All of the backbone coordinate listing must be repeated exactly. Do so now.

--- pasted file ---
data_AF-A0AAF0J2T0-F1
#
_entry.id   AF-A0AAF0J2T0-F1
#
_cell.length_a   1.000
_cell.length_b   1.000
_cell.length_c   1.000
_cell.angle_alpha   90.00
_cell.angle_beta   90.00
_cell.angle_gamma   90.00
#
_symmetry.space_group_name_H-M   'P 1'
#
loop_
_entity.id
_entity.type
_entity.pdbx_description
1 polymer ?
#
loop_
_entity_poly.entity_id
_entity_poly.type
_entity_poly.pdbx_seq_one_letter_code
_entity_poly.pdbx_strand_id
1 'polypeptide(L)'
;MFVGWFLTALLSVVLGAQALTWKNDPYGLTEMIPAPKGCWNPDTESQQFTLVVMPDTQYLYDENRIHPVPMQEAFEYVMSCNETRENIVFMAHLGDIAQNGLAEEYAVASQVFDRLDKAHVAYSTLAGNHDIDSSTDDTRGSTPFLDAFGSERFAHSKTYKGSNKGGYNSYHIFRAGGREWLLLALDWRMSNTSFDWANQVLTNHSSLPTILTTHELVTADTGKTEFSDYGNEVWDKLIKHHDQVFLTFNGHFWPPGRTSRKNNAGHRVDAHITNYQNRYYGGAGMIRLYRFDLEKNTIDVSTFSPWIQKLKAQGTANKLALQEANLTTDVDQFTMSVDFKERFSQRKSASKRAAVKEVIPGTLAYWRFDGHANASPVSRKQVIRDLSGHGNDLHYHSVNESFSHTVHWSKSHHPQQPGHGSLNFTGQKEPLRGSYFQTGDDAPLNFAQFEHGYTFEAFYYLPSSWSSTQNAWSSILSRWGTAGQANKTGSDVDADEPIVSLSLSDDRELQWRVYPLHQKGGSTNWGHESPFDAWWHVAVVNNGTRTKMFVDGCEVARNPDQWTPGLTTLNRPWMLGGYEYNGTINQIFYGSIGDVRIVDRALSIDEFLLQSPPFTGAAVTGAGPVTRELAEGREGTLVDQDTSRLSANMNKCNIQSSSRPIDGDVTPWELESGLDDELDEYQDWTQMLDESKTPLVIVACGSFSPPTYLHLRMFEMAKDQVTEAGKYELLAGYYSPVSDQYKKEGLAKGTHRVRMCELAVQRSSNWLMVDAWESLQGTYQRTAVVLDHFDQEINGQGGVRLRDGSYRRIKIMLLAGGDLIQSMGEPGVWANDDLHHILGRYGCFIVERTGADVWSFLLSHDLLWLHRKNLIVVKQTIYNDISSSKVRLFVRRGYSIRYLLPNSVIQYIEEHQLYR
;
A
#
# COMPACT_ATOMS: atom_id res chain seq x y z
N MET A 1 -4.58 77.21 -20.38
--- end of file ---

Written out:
data_AF-A0AAF0J2T0-F1
#
_entry.id   AF-A0AAF0J2T0-F1
#
_cell.length_a   1.000
_cell.length_b   1.000
_cell.length_c   1.000
_cell.angle_alpha   90.00
_cell.angle_beta   90.00
_cell.angle_gamma   90.00
#
_symmetry.space_group_name_H-M   'P 1'
#
loop_
_entity.id
_entity.type
_entity.pdbx_description
1 polymer ?
#
loop_
_entity_poly.entity_id
_entity_poly.type
_entity_poly.pdbx_seq_one_letter_code
_entity_poly.pdbx_strand_id
1 'polypeptide(L)'
;MFVGWFLTALLSVVLGAQALTWKNDPYGLTEMIPAPKGCWNPDTESQQFTLVVMPDTQYLYDENRIHPVPMQEAFEYVMSCNETRENIVFMAHLGDIAQNGLAEEYAVASQVFDRLDKAHVAYSTLAGNHDIDSSTDDTRGSTPFLDAFGSERFAHSKTYKGSNKGGYNSYHIFRAGGREWLLLALDWRMSNTSFDWANQVLTNHSSLPTILTTHELVTADTGKTEFSDYGNEVWDKLIKHHDQVFLTFNGHFWPPGRTSRKNNAGHRVDAHITNYQNRYYGGAGMIRLYRFDLEKNTIDVSTFSPWIQKLKAQGTANKLALQEANLTTDVDQFTMSVDFKERFSQRKSASKRAAVKEVIPGTLAYWRFDGHANASPVSRKQVIRDLSGHGNDLHYHSVNESFSHTVHWSKSHHPQQPGHGSLNFTGQKEPLRGSYFQTGDDAPLNFAQFEHGYTFEAFYYLPSSWSSTQNAWSSILSRWGTAGQANKTGSDVDADEPIVSLSLSDDRELQWRVYPLHQKGGSTNWGHESPFDAWWHVAVVNNGTRTKMFVDGCEVARNPDQWTPGLTTLNRPWMLGGYEYNGTINQIFYGSIGDVRIVDRALSIDEFLLQSPPFTGAAVTGAGPVTRELAEGREGTLVDQDTSRLSANMNKCNIQSSSRPIDGDVTPWELESGLDDELDEYQDWTQMLDESKTPLVIVACGSFSPPTYLHLRMFEMAKDQVTEAGKYELLAGYYSPVSDQYKKEGLAKGTHRVRMCELAVQRSSNWLMVDAWESLQGTYQRTAVVLDHFDQEINGQGGVRLRDGSYRRIKIMLLAGGDLIQSMGEPGVWANDDLHHILGRYGCFIVERTGADVWSFLLSHDLLWLHRKNLIVVKQTIYNDISSSKVRLFVRRGYSIRYLLPNSVIQYIEEHQLYR
;
A
#
# COMPACT_ATOMS: atom_id res chain seq x y z
N MET A 1 -4.58 77.21 -20.38